NEW YORK (Reuters Health) - In people with type 1 diabetes, adequate control of blood sugar over the long haul helps reduce the risk of diabetes-related eye and kidney disease, new data suggest.
The findings stem from a look at 1,441 type 1 diabetic patients followed for roughly 9 years as part of the pivotal Diabetes Control and Complications Trial (DCCT).
By analyzing hemoglobin A1C levels over time -- a standard indicator of long-term blood sugar control -- the researchers observed that increasing variability in hemoglobin A1C heightens the risk of new or worsening diabetic retinopathy (damage to the retina) and diabetic kidney disease.
Specifically, for every 1 percent increase in hemoglobin A1C, they found that the risk of retinopathy increased more than twofold and the risk of diabetic kidney disease increased nearly twofold.
The findings suggest that the long-term stability of blood sugar, and not just the average blood sugar control, predict the risk of these complications, study investigator Dr. Eric S. Kilpatrick of Hull Royal Infirmary in Hull, England, noted in an interview with Reuters Health.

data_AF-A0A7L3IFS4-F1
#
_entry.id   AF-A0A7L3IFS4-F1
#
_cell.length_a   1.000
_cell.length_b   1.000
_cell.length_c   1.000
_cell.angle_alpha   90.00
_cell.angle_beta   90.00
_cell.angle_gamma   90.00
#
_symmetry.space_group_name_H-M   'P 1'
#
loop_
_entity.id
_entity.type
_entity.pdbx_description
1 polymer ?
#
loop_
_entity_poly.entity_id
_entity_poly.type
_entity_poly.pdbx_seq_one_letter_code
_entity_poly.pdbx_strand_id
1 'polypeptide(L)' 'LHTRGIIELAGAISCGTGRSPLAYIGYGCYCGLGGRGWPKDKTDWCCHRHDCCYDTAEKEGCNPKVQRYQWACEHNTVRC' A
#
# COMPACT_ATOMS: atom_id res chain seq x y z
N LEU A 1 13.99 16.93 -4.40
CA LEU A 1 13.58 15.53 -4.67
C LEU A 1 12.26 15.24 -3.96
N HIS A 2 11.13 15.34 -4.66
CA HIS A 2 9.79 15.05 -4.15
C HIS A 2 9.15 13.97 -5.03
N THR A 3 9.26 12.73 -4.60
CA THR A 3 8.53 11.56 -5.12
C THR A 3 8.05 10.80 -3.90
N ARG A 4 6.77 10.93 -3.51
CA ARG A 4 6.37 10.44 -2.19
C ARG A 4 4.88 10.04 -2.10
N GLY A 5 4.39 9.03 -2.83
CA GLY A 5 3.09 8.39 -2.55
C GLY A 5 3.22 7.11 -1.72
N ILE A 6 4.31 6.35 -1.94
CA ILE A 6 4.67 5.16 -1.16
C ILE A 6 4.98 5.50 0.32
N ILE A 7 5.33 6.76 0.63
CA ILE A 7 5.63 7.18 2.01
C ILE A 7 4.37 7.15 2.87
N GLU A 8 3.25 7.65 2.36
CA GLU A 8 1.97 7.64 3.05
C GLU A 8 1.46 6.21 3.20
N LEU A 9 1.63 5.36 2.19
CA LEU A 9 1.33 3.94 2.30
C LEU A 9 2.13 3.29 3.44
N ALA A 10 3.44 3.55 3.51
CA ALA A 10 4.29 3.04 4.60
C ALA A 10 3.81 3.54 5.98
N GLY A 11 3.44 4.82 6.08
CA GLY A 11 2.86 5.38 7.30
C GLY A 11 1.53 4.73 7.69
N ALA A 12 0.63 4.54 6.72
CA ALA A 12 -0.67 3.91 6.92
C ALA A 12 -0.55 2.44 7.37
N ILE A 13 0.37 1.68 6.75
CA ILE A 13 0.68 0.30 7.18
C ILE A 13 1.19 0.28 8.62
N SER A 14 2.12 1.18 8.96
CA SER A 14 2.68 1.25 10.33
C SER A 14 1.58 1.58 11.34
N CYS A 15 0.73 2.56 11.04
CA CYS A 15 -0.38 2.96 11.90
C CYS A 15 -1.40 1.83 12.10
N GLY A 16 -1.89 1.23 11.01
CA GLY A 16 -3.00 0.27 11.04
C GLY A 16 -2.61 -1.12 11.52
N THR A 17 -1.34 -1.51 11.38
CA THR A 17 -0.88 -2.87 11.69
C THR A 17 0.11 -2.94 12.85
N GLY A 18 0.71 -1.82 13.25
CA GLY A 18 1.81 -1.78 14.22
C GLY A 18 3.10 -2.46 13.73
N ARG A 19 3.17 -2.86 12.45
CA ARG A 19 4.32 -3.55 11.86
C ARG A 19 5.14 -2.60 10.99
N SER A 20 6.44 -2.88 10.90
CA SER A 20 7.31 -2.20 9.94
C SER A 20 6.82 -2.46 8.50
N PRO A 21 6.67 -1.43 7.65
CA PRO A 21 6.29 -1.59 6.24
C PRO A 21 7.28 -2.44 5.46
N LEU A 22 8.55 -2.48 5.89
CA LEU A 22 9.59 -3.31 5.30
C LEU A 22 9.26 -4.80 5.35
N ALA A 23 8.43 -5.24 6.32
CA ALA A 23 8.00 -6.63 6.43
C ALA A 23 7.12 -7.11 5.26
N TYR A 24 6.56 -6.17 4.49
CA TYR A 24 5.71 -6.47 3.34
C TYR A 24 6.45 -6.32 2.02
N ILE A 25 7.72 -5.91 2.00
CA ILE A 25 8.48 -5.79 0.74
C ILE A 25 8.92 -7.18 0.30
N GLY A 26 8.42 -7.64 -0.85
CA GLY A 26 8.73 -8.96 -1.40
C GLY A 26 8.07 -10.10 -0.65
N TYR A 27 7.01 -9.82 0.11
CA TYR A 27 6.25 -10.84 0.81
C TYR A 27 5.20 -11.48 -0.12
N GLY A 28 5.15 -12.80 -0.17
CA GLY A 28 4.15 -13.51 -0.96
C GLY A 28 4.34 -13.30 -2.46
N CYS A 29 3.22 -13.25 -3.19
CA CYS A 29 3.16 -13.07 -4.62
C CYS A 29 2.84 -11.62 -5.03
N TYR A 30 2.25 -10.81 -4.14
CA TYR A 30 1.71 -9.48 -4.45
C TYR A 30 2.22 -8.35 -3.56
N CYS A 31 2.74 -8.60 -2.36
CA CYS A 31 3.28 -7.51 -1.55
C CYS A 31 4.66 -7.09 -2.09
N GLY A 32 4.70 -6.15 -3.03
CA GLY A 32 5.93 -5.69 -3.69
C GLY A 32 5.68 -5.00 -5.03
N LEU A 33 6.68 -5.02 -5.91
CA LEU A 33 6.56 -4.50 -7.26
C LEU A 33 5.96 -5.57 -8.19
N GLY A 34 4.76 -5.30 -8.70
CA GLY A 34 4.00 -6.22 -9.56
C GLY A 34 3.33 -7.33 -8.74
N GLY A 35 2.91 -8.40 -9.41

“It is probably another reason to aim for stable good glycemic control rather than only good glycemic control,” Kilpatrick said.
However, blood sugar management “is only part of the story,” he added. It is as important, he said, to ensure that blood pressure and cholesterol levels are “tightly controlled” in order to reduce the complications of diabetes.
SOURCE: Diabetes Care, November 2008.
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